Almost everyone I know can describe the future of their industry. In this future, brands know their customers. They personalize their experience. They reward their loyalty. Brands create smarter products that use connectivity and sensors to mold themselves to our lives and inspire us to be at our best. They are powerful tribal leaders of the digital and physical communities that rally behind them. They have managed to create seamless fluid experiences that meet every expectation and desire, no matter how minor or personal.
Almost no one I know is confident they’ll be able to realize that future anytime soon. Why is the future so hard to bring to life? The list of what and who to blame is as long as the Kerouac Scroll. The problems range from departments and divisions acting as silos, to a lack of leadership, of funding, of consensus, and even claims customers aren’t ready or don’t want things to change. And even when all these issues are absent, progress rarely happens at the pace we’d hope for.
Based on my experience though, there are two dynamics that act as stumbling blocks for almost every business:
1. Integrated vs. Fragmented Systems
In the now infamous biography of Steve Jobs, Walter Isaacson describes the Apple worldview as an integrated system, one where Apple attempts to control every aspect of the user experience right down to the screws inside the machine. The rest of the technology world, led by Microsoft and Google, promote an open system model (dubbed fragmented by Jobs/Isaacson), where software and hardware are compatible across a broad range of devices and brands. Peek under the hood at how most brands manage their customer experience, and you’ll find stunningly fragmented systems, where a Frankenstein of databases and software have been cobbled together to make things work. My favorite example: call almost any 1-800 number for customer service. You’ll be asked to enter your account number. You’re then transferred to a representative who asks you what your account number is! This insanity is standard.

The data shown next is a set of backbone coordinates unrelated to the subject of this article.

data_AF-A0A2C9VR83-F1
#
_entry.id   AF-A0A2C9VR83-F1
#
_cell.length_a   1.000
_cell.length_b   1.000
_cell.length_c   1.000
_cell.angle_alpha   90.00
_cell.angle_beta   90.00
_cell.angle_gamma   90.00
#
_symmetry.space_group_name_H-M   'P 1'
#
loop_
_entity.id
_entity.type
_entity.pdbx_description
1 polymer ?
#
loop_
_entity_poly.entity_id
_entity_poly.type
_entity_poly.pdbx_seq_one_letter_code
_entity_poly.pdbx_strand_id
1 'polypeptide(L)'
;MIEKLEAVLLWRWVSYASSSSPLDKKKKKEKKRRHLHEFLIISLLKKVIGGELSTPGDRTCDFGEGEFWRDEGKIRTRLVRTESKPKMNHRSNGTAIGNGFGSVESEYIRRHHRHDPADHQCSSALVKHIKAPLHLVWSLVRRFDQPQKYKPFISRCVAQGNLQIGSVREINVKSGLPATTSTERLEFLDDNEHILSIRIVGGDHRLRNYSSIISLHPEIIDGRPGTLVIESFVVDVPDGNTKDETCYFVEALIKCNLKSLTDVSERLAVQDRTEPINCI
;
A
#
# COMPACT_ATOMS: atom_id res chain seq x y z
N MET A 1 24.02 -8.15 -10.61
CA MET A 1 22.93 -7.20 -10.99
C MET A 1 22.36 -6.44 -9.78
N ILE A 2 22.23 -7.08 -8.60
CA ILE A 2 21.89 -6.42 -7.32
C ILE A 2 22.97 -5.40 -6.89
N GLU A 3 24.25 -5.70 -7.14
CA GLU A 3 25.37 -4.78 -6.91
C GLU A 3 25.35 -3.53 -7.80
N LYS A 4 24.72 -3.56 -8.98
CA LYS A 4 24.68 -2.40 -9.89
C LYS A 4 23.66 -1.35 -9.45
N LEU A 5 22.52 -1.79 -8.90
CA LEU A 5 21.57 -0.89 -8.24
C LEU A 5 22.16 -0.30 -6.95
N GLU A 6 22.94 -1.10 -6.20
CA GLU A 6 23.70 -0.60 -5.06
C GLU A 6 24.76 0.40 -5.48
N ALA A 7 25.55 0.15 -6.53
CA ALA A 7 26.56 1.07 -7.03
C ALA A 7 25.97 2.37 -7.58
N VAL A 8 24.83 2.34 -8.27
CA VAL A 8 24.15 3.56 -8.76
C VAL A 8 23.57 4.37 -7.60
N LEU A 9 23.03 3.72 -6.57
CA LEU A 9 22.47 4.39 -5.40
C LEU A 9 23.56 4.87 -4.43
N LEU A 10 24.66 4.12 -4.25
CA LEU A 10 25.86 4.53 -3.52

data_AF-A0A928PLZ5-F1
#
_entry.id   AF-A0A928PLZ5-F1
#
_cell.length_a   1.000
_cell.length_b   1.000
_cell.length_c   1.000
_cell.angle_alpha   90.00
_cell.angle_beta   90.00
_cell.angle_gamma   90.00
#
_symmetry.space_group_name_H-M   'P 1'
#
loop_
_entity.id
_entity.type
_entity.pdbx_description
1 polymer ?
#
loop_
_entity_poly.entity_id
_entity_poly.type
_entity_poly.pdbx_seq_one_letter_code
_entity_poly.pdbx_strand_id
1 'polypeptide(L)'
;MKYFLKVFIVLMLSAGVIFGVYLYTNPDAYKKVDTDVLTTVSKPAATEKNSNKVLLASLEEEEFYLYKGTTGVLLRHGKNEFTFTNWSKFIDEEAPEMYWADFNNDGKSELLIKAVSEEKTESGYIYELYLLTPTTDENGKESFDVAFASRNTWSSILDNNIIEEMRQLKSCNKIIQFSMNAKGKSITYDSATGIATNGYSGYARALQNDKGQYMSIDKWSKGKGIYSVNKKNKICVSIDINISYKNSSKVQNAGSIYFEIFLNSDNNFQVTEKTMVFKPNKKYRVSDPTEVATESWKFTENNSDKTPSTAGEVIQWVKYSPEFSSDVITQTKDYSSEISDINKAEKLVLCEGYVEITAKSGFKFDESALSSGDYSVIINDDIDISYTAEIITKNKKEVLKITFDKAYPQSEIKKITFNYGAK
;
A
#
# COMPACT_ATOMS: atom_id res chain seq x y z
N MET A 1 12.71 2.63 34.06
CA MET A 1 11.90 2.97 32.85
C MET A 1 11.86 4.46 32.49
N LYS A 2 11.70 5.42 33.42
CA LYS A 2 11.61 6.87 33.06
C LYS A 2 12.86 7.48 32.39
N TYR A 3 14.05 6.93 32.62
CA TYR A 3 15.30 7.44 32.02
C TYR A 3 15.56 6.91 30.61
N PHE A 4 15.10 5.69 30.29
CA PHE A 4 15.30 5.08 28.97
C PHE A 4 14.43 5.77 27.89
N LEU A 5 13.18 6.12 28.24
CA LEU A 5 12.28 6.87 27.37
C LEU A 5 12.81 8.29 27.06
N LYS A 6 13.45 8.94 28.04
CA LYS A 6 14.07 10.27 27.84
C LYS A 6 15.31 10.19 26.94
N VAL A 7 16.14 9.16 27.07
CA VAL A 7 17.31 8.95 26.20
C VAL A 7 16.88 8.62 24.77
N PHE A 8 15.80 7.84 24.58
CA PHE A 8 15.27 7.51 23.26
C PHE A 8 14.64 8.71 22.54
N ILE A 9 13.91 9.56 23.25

Creating an integrated system across the entire customer experience is a massive undertaking, but it’s impossible without getting a couple of core things right. The one that rears its head in our boardroom most often is the customer relationship management (CRM) system. Everything from knowing what a customer wants and likes to what they bought last must be stored in a database somewhere in order for a brand to deliver more personalized and relevant service. This is where CRM systems come in. Every time you rate a product on Amazon, their system notes your preference, and uses it to show you something even better next time. The problem is, most CRM systems are positively archaic. Even Salesforce.com (the proverbial new kid on the CRM block) falls short when compared to the elegance we hope for in an Apple economy. What’s more, because sales teams and other crucial functions depend on these systems and have augmented and built upon them for years, most CRM systems are like the bottom block of a Jenga puzzle – liable to topple at any moment. As a result, everyone is terrified of ripping things up and starting over. And starting over with an integrated worldview means everything else that touches CRM has to change too. It’s seemingly too much to bear.
2. Adaptive vs. Static Systems
The second dynamic holding us back is that most legacy systems were built with a combination of hardware and software that is very hard to change. Take a look at the cash register screen the next time you check out at the grocery store. When’s the last time that thing got an update? The problem with these expensive and static systems is that they were built to last instead of built to get better, and as our vision of a fantastic customer experience has changed, these systems have held us back. If Zynga wants to test a new feature in one of its popular game titles tomorrow, it can push an update to millions of users in just a few minutes time, and watch what happens for clues to its next move. If the local grocer wants to try the same thing, they’re looking at a capital expenditure in the millions. So, of course, they don’t innovate. They are trapped.
As consumers in a new digital age, we are all trapped by fragmented and static systems. As business managers we’re trapped by the decisions of those who came before us, and the cost of moving forward seems too high to bear and too complicated to get right. But if we want to see the future that we know is possible become real, something’s got to give. Like the dinosaurs and the asteroid, I suspect that something fundamental about survival is changing under our feet. I just hope that some of our favorite brands bite the bullet and start acting like startups before it’s too late.